MOOCs and Micro-Credentials: Online Upskilling to Boost Your Asia Literacy

Image Source: Wojtek Gurak/ Flickr

For people around the world, online learning is more than just a passing phase. Open Universities, edX and Coursera have been making education accessible long before COVID-19 forced most people online. Whilst the pandemic has helped some to attend international conferences and seminars, for others, a world of on-screen activities has become an obstacle to effectively participating, engaging and learning. Although it is virtually impossible (no pun intended) for us to predict when we might be travelling again, for those of you who are eager to learn about Asia at some of the best universities and institutions, massive online open courses (MOOCs) and micro-credentials are just two options without going anywhere!

Pre-COVID, university students in Australia were eager to participate in overseas programs. In the 2019 Australian Universities International Director’s Forum (AUIDF) survey, almost one in four (23%) domestic undergraduate students participated in a ‘learning abroad experience’ during their degree. Amazingly, the survey notes that one in two (49%) domestic undergraduates participated in a learning experience in the Indo-Pacific in 2019. These statistics paint a positive picture. However, it is important to note that despite financial incentives to support Australian students engage with Asia, for many, spending time abroad is often out of the question. Because of this, virtual exchange and summer school programs have provided students with new ways to access programs and connect with others at home and abroad.


MOOC List is a great place to start your adventure, especially if you are interested in seeing what is on offer before you commit! It is a fantastic tool for searching across all providers, universities and sites. Once you know what is out there, you will soon be on your way to the world of self-paced online learning.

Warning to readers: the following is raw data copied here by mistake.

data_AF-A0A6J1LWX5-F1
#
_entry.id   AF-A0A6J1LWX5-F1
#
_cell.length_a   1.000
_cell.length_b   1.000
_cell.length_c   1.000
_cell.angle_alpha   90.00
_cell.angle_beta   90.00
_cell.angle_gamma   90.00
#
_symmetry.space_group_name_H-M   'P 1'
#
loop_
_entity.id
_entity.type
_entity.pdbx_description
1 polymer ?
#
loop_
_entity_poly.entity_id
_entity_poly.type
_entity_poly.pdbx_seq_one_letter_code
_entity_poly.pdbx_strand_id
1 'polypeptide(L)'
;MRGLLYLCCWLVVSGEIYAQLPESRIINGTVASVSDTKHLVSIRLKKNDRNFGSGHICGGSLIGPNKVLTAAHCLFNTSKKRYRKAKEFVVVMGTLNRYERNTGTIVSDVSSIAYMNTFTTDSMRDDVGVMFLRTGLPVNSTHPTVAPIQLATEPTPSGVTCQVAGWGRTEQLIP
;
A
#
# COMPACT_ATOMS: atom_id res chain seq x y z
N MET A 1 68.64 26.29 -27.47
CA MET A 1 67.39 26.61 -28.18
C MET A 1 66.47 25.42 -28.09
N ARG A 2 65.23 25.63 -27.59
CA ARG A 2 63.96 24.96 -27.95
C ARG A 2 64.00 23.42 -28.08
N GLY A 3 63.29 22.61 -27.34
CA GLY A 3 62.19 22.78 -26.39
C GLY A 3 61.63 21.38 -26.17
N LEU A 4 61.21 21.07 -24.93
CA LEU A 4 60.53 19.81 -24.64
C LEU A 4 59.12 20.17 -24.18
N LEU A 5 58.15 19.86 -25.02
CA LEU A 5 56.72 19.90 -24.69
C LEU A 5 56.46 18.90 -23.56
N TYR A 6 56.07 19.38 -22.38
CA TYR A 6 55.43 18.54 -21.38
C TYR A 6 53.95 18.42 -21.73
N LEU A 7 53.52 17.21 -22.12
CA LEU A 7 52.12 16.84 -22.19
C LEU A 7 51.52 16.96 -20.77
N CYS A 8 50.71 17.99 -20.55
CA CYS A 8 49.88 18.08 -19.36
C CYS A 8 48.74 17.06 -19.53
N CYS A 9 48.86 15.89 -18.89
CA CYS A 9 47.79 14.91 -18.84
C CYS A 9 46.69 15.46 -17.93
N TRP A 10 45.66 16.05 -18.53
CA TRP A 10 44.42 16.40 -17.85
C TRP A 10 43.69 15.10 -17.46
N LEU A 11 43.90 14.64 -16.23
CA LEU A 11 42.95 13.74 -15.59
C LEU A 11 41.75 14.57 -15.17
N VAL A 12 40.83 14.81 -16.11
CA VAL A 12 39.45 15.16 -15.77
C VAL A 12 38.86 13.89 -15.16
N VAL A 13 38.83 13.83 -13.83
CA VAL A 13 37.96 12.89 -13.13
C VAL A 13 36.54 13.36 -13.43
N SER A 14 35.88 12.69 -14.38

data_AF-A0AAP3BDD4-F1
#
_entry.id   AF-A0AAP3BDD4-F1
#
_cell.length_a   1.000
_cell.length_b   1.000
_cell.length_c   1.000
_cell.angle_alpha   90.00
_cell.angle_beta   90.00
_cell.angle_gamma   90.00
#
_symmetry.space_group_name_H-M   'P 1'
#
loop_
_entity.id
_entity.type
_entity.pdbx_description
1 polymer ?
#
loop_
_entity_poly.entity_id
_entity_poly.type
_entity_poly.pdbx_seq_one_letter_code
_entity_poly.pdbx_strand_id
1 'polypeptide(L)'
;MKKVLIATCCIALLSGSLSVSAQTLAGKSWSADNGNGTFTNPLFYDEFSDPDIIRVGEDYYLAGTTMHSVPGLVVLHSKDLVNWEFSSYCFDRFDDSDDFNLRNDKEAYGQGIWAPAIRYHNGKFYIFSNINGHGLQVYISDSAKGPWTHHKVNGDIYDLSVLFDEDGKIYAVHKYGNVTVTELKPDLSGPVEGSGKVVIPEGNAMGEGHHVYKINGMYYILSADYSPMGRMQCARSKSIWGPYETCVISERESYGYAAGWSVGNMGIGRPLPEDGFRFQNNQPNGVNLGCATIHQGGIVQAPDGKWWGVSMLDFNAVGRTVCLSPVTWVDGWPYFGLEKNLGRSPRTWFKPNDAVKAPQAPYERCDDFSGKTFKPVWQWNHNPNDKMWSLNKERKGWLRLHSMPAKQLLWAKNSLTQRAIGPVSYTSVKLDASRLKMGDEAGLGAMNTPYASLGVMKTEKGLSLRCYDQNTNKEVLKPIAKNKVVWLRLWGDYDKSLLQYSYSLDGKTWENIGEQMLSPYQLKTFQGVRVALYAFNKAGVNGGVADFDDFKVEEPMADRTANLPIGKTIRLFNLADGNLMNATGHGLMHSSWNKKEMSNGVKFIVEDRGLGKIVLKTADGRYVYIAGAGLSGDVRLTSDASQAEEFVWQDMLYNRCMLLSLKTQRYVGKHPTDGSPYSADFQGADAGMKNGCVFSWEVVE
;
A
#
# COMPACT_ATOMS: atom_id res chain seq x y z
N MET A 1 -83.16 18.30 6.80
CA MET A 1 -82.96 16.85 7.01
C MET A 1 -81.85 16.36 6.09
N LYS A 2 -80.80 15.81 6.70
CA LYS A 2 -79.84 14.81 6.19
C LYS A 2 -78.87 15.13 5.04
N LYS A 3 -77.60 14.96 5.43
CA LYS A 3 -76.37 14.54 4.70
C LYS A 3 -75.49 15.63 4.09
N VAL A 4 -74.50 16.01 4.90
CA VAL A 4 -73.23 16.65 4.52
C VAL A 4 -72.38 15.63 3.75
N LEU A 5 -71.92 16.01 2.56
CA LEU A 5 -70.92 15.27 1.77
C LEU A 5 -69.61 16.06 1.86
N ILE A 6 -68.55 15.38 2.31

edX, Coursera and Future Learn

Six years before I finished a master’s in Public Policy at the University of Tokyo, thanks to two free online courses on ‘Visualising Postwar Tokyo’ through edX, I was sitting in a classroom learning from some of my academic heroes at UTokyo. While it was quite different to the in-class learning experience, it was free. Plus, I could do the course alongside balancing full-time employment and study. In 2020, I even passed time in hotel quarantine on my return from Tokyo doing an MIT edX course on ‘Visualizing the Birth of Modern Tokyo’.

Similar to MOOC List, a great way to navigate these platforms is to use the search function to find courses that interest you – Japan, Korea, or the name of a university, such as Peking University (before you submit an application to the Yenching Scholars Program, of course!).

Asian Development Bank Institute (ADBI)

Maybe you have exhausted all the courses on edX and Coursera? No worries! The ADBI was established in Tokyo as a subsidiary of the Asian Development Bank in 1996. According to the ‘Global Go To Think Tanks Index Report’ published annually by the Think Tanks and Civil Societies Program of the University of Pennsylvania, ADBI ranked first in the world among government-affiliated think tanks in 2020. If COVID is preventing you from taking up one of their numerous employment opportunities, the ADBI’s e-learning platform has free, Asia-focused courses.

The Asian Productivity Organization (APO)

The APO is an intergovernmental organisation established in 1961 to increase productivity in the Asia-Pacific region. The APO eAPO is an effort by the APO to meet the growing need for training and skill development of the most important asset, human resources. The eAPO site has over 22,000 people furthering their knowledge of agriculture, technology, business and the public sector.

So, when you have finally exhausted your supply of tv shows and movies attempting to get better at Japanese, why not explore some of these fantastic ways to upskill your knowledge about Asia. If you have found any gems, feel free to add them in the comment box below.

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Sarah Strugnell

Sarah Strugnell is a PhD student at Princeton University and affiliated with the Princeton Global Japan Lab. She is a recipient of the John and Julia Sensenbrenner Fellowship (2022-23) and a University Center for Human Values Merit Grant (2022-23). She is a former Victorian Government Hamer Scholar to Japan (2017), Monash Yoshida Scholarship holder (2015 & 2016) and JASSO scholarship awardee (2016-15 & 2019-20). Sarah holds a double Master of Public Policy (MPP) from the Australian National University and the University of Tokyo, and a Bachelor of Science and a Bachelor of Arts (First Class Honours in Japanese Studies) from Monash University. 

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